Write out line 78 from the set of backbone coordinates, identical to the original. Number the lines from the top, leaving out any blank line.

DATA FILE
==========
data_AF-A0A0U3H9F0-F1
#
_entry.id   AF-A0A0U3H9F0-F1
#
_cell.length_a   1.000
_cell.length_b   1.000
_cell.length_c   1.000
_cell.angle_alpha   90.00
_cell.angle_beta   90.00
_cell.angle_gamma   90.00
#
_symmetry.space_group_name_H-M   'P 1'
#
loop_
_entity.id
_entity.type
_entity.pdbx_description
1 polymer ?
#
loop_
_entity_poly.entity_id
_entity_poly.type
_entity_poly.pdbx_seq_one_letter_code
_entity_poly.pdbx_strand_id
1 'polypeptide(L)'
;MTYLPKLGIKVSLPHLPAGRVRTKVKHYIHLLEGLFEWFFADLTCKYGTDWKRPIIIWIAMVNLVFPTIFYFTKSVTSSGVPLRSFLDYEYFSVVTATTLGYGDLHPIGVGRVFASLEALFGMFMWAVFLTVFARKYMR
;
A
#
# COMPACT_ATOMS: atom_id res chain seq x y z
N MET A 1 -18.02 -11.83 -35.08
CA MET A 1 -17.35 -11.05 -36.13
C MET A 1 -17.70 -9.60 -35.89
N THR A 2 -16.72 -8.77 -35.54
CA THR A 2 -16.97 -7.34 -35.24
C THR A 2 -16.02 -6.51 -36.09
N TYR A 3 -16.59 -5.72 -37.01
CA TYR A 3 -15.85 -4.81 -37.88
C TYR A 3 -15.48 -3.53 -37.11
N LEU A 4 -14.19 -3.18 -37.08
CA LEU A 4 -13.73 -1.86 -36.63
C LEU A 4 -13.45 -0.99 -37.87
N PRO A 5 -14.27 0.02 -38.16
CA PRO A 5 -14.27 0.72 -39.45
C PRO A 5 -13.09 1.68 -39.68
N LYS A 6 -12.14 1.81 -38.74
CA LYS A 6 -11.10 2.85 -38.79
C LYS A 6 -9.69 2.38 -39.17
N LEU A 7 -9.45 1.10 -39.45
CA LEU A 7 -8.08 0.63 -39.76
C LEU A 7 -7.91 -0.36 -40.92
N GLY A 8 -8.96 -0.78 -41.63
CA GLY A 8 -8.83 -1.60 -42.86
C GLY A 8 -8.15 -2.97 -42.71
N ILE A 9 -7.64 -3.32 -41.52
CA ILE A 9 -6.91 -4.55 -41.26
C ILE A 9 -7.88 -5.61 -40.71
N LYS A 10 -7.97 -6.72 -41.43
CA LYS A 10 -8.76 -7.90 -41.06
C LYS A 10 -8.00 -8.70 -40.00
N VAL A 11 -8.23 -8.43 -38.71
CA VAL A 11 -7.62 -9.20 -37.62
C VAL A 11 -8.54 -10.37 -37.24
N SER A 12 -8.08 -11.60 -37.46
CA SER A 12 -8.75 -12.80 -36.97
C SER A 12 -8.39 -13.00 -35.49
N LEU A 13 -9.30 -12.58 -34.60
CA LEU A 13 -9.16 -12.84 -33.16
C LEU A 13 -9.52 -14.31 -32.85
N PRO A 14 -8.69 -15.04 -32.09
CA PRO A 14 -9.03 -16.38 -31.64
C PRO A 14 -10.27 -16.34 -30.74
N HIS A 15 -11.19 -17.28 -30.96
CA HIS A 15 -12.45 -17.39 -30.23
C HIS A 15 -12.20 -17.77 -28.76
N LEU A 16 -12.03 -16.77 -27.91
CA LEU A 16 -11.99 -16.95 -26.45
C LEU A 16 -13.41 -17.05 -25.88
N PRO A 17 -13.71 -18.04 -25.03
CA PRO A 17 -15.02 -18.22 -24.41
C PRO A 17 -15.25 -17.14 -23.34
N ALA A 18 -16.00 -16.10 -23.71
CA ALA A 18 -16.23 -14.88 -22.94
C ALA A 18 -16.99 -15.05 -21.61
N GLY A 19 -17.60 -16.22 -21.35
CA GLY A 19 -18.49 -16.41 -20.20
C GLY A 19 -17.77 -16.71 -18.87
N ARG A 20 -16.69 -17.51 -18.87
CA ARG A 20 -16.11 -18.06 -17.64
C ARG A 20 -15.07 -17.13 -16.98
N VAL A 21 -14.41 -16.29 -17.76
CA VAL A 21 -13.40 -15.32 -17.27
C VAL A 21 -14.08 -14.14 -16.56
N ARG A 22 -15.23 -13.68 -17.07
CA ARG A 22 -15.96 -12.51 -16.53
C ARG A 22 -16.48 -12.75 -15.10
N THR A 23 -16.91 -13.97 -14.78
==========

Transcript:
C LEU A 16 -13.41 -17.05 -25.88